“Ours is a country of arrangements,” Prince Don Fabrizio Corbera of Salina tells his chaplain, Father Pirrone, in Luchino Visconti’s monumental, melancholy historical epic The Leopard, based on the novel by Giuseppe Tomasi di Lampedusa. Another translation for “arrangements” is “compromises.”
The year is 1860, toward the end of the wars of the Italian Unification, or Risorgimento. General Garibaldi has just captured Sicily — the Kingdom of the Two Sicilies, as it was then known — annexing it as part of what was soon to be called the Kingdom of Italy. Garibaldi had wanted a republic, but had to settle for a constitutional monarchy under Victor Emmanuel II, the first king of the united Italy.
Garibaldi was staunchly anti-Catholic, and two years later attacked Rome, the capital of the papal states governed by Pope Pius IX, though his own government hadn’t sanctioned this and the city was defended by Napoleon’s troops. In 1870, when Napoleon’s troops finally withdrew and Italian forces captured Rome, Pius IX defiantly declared himself a “prisoner in the Vatican” — a status maintained by his successors through Pius XI, when the Lateran Treaty of 1929 recognized the sovereignty of the Holy See, creating the state of Vatican City.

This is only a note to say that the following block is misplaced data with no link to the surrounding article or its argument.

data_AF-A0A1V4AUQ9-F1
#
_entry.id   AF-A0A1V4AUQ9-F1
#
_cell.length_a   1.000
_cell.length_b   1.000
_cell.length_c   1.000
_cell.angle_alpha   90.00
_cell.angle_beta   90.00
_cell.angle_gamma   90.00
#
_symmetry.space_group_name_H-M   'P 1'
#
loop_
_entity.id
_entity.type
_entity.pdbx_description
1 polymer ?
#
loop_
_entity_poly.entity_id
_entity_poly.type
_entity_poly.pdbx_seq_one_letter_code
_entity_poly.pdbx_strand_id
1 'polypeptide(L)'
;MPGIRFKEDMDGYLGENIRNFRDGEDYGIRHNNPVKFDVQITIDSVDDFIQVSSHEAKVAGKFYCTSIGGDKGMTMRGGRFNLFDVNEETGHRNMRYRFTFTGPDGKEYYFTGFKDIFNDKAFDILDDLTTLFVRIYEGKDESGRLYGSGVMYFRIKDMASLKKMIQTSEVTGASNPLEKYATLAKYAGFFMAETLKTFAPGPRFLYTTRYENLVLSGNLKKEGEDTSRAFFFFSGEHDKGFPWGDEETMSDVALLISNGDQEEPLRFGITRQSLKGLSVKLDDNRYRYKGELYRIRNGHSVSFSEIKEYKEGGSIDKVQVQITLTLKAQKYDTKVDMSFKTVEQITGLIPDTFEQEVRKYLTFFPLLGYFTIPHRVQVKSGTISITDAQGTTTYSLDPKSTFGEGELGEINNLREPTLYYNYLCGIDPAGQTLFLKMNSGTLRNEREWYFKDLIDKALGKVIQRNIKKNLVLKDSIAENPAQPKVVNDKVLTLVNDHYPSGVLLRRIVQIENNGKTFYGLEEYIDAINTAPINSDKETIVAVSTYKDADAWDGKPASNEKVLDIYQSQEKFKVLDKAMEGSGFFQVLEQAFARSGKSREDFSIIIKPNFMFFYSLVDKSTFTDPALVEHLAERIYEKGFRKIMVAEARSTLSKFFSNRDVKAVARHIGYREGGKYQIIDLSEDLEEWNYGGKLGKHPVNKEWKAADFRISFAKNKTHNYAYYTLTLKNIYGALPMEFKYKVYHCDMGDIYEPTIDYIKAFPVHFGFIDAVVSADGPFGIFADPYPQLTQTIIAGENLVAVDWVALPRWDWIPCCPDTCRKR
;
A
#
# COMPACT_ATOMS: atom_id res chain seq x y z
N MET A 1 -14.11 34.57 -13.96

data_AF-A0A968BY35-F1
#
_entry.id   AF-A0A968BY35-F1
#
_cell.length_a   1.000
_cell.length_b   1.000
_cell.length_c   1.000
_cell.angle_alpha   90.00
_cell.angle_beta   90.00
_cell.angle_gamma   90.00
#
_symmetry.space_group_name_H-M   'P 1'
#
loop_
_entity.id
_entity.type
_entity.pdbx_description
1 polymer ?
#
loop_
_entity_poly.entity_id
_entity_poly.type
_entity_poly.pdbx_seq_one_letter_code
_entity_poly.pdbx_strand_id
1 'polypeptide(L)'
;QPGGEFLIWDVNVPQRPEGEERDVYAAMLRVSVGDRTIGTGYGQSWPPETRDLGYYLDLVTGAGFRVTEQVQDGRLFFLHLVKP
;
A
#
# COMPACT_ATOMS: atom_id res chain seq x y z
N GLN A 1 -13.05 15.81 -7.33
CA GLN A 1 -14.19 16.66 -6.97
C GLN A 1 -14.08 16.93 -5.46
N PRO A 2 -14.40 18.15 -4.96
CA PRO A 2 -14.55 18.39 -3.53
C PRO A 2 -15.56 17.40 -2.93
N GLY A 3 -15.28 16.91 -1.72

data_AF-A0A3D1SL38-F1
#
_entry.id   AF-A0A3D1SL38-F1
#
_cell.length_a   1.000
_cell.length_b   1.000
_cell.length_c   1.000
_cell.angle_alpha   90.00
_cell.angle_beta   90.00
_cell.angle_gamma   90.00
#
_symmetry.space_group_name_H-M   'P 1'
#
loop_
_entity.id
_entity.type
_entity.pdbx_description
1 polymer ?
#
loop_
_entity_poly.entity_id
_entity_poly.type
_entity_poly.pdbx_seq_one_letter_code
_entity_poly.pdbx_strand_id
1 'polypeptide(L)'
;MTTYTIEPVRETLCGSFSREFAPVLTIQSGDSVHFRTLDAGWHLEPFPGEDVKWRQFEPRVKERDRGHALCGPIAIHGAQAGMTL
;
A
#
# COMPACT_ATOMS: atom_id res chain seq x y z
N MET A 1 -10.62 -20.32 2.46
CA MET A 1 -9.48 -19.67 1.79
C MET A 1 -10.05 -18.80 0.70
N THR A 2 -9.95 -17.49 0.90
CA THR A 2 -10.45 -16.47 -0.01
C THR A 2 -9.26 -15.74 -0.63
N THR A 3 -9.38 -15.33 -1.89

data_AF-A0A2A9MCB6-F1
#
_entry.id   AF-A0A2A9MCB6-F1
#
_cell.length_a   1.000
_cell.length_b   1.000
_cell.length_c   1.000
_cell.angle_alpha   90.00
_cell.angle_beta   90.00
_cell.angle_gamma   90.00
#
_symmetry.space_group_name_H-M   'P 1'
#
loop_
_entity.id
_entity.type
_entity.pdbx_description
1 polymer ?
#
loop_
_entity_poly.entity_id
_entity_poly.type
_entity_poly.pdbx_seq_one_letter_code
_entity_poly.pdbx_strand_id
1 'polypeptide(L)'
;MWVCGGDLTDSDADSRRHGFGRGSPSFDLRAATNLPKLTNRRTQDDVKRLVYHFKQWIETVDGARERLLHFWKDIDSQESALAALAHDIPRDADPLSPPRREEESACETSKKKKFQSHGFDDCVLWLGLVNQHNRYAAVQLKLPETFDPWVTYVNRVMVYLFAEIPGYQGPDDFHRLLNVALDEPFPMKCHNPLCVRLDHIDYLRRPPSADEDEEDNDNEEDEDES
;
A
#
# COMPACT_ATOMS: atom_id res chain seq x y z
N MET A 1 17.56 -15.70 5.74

The Leopard is full of such “arrangements” or “compromises.” The arrangement with which Don Fabrizio is principally concerned is the coming détente between his class, the Italian aristocracy, and the popular forces, notably the Piedmontese, who have backed Garibaldi’s conquest of Sicily. Many of Don Fabrizio’s fellow noblemen are fleeing for their lives, but Don Fabrizio believes little real change is imminent. “The middle class doesn’t want to destroy us. They simply want to take our places — and very gently.”
Sure enough, when a contingent of Garibaldi’s volunteer Redshirt forces arrive at Don Fabrizio’s palatial villa, they come as sightseers, even addressing the prince as “Excellency.” As they gaze up at the famous frescoes gracing the ceilings, the prince names the various larger-than-life mythological figures hovering above them: Jupiter and Juno, Mars, Venus and Mercury, Thetis and Apollo — ”all of them,” Don Fabrizio adds, pointing out the coat of arms, “glorifying the house of Salina.” Another “arrangement”: the gods of antiquity glorifying the lords of today (soon yesterday).
Copyright © 2000– Steven D. Greydanus. All rights reserved.